A publication of the Archaeological Institute of America
Off the Grid
On a broad hilltop in the heart of Tallahassee, Florida, is Mission San Luis, a site with a deep history involving the Apalachee Native Americans and Spanish missionaries. In the mid-1500s, Hernando de Soto visited Anhaica, the capital of the Apalachee, an Indian nation so prominent that mapmakers bestowed its name on distant mountains: the Appalachians. In 1656, the Apalachee chief agreed to move his people a few miles away to Mission San Luis, the capital of Spain’s settlements in western Florida. There, Spanish friars baptized thousands of the Native Americans. Amid conflict between the Apalachee, other Native American groups, the Spanish, and the English, the mission was destroyed in 1704.
According to Grant Stauffer, a graduate student at Texas State University, archaeologists consider Mission San Luis unique because, unlike St. Augustine, Spain’s capital in eastern Florida, the village offered a unique cultural mash-up, where Spanish settlers, priests, and soldiers lived and worked side by side with Apalachee families.
Unlike the grid that dominates St. Augustine, Mission San Luis was laid out using the traditional circular pattern of Native American towns of the region. Covering 60 acres, the site included the Spanish garrison, the central plaza/ball court, a monastery, and the surrounding village. Few remains of these buildings exist today, but the site has been reconstructed on the basis of archaeological finds. Two decades of fieldwork provide Mission San Luis with one of the largest and most diverse collections of seventeenth-century Spanish and Apalachee materials, including nearly a million artifacts.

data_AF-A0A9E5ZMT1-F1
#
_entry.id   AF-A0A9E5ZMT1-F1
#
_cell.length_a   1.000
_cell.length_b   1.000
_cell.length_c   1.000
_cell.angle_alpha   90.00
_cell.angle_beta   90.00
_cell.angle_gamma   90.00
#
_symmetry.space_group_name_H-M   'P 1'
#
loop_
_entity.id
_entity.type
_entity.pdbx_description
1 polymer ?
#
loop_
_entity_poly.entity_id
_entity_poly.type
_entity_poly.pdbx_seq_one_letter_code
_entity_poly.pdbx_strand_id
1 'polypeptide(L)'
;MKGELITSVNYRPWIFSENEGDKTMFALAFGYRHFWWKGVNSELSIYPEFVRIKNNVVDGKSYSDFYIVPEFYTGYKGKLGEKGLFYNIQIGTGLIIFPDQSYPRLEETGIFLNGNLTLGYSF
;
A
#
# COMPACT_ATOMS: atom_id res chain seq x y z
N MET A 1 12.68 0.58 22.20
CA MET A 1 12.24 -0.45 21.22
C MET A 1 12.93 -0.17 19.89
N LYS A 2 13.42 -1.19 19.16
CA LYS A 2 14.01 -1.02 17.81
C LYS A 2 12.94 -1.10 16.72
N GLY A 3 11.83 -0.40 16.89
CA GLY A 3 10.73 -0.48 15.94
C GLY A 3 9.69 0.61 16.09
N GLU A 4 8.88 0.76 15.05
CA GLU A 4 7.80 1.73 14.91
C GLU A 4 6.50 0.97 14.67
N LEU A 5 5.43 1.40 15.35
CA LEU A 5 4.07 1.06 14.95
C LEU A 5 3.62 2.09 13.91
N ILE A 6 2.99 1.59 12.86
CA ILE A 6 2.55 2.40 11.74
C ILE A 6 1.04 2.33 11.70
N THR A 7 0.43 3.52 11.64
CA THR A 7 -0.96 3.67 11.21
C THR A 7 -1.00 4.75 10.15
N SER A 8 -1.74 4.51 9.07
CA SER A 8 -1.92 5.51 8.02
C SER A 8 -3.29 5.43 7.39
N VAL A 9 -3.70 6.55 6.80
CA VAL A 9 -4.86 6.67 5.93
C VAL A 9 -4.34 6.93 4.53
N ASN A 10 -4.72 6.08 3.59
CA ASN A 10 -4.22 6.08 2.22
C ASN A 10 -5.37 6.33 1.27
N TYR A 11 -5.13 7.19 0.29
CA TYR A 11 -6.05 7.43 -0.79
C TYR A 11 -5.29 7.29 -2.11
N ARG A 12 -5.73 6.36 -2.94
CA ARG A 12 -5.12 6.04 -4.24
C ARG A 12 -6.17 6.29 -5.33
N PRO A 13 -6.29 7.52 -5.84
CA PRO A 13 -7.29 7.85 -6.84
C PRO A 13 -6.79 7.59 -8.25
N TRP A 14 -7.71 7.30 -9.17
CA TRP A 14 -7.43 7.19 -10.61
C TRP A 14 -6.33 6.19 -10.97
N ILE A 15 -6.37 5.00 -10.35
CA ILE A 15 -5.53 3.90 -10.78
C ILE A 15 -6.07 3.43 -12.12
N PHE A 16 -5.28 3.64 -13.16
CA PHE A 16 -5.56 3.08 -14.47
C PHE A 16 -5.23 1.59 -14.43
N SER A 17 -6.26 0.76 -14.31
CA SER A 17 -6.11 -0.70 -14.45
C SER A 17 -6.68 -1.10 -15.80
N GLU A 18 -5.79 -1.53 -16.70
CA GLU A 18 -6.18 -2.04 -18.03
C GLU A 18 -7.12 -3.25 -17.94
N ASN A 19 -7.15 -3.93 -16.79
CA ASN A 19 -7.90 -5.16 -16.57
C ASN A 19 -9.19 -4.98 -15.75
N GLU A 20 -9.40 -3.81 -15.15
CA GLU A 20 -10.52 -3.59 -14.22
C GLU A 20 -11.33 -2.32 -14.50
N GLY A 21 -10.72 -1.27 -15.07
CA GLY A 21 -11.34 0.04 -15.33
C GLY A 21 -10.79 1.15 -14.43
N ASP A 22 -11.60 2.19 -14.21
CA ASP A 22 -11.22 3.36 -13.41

The primary ceremonial and political center of the Apalachee capital was the council house, which has also been reconstructed, a circular building designed around a central fire, considered one of the largest Native American ceremonial structures in the southeast. In the circular ball court, which features a ceremonial ball pole, the Apalachee played a stickball game tied to political succession. The myth surrounding the game, which was eventually abolished by the Spanish, is considered the oldest recorded myth in North America.
While you’re there
Tallahassee’s rolling hills, classic architecture, and tree-lined streets have the flavor of the Old South. At Lake Jackson Mounds, one can see two mounds made by the ancestors of the Apalachee, with even older examples at the nearby Letchworth-Love Mounds. Visitors can also spend a day exploring the Maclay Gardens, especially in the spring, when the dogwoods and azaleas are in bloom.
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